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The New Seven Sisters

Posted by Richard on March 27, 2007

In the latest issue of The Global Guru , Nicholas Vardy looked at today's powerhouses in the oil and gas industry. Financial Times recently christened them the "New Seven Sisters," and they're mostly — and unfortunately — government-owned enterprises. (The original Seven Sisters were the seven big international oil companies that dominated production after WWII.)

The New Seven Sisters are also largely from developing countries. Saudi Aramco is the big kid on the block, with a quarter of the world's reserves and three times the capacity of anyone else. But the others are growing in importance:

Although less powerful than the Saudis, the other sisters now dominate the familiar Western majors in terms of influence. Russia's Gazprom is the industry bad boy, never reluctant to flex its muscles on the battlefield of business. China's CNPC owns 88% of PetroChina and is active in about 20 countries from Azerbaijan to Ecuador. NIOC, Iran's national energy company, has partnerships with Italian, French, Dutch and Norwegian companies and collaborates with Chinese and Russian groups. PDVSA is Venezuelan President Hugo Chávez's political pawn. The company's profits are subsidizing London commuters. Brazil's Petrobras is a global leader in finding and producing oil from deep waters. Petronas is Malaysia's national oil company and may be the slickest and most commercial organization of the bunch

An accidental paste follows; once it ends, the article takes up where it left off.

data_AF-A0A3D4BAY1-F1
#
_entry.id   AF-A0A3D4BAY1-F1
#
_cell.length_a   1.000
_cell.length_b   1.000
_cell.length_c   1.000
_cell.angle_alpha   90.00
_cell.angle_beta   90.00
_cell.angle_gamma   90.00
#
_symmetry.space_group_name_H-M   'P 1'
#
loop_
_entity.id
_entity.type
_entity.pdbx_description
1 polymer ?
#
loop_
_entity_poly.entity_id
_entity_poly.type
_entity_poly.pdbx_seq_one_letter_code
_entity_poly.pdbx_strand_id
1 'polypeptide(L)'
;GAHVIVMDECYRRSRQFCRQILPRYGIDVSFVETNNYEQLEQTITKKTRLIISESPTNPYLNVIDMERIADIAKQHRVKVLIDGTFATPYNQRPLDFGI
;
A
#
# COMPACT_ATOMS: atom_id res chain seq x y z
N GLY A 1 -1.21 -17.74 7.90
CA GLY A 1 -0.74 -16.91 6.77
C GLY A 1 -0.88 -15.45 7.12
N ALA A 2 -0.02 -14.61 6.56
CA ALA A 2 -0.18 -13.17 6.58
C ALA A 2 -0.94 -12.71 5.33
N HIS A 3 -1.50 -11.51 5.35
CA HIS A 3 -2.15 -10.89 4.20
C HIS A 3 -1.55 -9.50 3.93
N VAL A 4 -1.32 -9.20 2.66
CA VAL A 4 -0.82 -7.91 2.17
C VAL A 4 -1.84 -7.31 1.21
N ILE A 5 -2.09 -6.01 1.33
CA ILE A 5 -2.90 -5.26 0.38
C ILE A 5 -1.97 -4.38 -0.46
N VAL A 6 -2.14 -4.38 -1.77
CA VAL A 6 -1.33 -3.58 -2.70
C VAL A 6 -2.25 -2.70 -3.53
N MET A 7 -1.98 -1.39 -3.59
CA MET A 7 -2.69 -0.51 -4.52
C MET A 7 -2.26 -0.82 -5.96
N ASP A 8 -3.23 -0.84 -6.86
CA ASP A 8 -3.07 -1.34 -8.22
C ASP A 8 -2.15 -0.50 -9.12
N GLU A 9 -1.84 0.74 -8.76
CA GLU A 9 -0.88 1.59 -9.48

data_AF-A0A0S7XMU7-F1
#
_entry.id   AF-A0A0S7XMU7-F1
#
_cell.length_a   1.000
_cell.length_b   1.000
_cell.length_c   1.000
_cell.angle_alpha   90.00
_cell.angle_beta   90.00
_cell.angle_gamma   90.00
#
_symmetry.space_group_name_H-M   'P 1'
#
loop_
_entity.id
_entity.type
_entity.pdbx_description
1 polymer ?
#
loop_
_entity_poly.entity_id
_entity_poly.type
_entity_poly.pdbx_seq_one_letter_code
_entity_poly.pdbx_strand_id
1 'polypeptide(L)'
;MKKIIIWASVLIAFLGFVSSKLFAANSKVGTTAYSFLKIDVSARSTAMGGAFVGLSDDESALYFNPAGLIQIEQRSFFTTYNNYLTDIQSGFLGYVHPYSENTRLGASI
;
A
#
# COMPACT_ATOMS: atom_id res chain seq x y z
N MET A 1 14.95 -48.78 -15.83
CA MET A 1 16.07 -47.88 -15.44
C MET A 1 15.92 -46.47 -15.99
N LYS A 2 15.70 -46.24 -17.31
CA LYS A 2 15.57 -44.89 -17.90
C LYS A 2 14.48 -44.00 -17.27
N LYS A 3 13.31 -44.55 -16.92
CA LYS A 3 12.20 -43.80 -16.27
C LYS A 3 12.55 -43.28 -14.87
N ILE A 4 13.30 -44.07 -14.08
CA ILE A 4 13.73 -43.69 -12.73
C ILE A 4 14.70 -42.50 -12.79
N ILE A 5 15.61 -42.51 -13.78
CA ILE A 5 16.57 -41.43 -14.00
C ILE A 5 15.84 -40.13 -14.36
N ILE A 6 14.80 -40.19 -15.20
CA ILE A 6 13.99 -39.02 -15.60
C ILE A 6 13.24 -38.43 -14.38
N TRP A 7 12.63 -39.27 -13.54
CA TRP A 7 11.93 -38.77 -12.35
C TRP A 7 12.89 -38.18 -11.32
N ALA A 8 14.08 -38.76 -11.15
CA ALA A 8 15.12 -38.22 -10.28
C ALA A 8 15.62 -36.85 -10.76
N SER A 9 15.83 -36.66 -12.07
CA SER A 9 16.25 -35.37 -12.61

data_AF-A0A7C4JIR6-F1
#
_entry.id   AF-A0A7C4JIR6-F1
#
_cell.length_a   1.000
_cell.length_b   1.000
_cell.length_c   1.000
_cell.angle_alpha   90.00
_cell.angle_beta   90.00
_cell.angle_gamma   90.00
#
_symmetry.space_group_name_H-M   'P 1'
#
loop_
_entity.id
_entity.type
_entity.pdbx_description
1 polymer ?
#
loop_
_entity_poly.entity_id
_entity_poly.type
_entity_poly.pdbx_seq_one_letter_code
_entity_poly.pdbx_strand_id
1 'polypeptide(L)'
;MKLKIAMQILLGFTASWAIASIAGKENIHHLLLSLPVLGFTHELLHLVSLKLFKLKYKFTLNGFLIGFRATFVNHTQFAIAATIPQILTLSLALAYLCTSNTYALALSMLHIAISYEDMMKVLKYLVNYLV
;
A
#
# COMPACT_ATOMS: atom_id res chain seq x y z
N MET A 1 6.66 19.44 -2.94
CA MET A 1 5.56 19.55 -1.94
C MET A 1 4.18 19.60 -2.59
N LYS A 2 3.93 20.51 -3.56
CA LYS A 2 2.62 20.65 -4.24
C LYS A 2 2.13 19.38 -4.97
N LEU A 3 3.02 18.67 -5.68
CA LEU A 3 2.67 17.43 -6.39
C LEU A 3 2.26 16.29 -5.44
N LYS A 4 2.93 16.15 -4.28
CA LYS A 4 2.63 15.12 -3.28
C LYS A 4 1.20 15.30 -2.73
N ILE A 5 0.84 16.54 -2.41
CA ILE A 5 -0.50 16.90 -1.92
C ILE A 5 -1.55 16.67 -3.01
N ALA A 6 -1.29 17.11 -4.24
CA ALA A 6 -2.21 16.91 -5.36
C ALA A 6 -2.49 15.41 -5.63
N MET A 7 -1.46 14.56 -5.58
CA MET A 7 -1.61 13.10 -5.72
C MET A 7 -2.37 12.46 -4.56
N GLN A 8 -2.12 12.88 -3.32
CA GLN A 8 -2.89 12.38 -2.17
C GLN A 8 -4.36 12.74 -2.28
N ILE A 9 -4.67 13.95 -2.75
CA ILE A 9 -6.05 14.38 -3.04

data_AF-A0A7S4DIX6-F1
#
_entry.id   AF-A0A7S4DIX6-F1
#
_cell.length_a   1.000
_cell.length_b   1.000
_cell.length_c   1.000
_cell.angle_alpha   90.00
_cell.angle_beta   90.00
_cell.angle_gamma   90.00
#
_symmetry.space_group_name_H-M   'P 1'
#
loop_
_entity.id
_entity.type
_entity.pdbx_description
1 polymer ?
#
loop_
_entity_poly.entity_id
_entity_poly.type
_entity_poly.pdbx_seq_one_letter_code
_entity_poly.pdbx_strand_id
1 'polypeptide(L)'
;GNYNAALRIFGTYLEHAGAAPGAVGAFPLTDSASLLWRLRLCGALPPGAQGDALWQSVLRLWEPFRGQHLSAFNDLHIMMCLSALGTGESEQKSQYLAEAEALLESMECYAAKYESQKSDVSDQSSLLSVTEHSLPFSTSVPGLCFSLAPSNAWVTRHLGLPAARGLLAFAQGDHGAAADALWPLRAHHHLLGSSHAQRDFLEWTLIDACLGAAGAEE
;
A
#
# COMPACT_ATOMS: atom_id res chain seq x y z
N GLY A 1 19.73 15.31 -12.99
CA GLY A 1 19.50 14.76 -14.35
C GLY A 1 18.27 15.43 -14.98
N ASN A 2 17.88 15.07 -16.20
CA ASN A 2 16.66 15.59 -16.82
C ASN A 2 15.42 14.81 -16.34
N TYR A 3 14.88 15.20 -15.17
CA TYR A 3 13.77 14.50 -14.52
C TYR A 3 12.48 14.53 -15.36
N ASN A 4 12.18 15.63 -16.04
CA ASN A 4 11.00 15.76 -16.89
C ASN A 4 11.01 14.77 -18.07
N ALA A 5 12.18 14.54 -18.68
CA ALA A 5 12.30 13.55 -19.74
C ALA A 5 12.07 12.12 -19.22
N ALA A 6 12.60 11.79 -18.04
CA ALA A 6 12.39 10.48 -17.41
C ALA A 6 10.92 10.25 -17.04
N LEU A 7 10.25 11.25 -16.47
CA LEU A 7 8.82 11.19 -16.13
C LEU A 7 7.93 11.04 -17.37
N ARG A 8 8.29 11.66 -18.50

Aside from the moral and practical harm related to expropriation of private property, the growing "natural resources nationalism" has other bad consequences:

Some of the New Seven Sisters have become little more than their home country's bottomless piggybank, funding politically expedient social ventures. The poster child of irresponsible profligacy is President Hugo Chávez of Venezuela who spends two-thirds of PDVSA's profits on his populist social programs. The result? PDVSA's production capacity has fallen from 3.4 to 1.5 million barrels per day since 1999. In Iran, NIOC cannot boost its oil production or fix its refineries because its profits go toward keeping gas at 40 cents per gallon for Iranian consumers. In Russia, too, little of Gazprom's earnings go towards upgrading Russia's antiquated, leaking pipeline system.

This mismanagement has global consequences. The IEA estimates that the world is falling 20% short of making the investment needed to ensure adequate energy supplies for the next 25 years. And governments' unwillingness to allow their national oil companies to reinvest profits back into industry is the primary culprit.

Just what we need. Megalomaniacal socialist scum who would flunk Econ 101 are dragging down global energy production to satisfy their lust for power and indulge their redistributionist whims.

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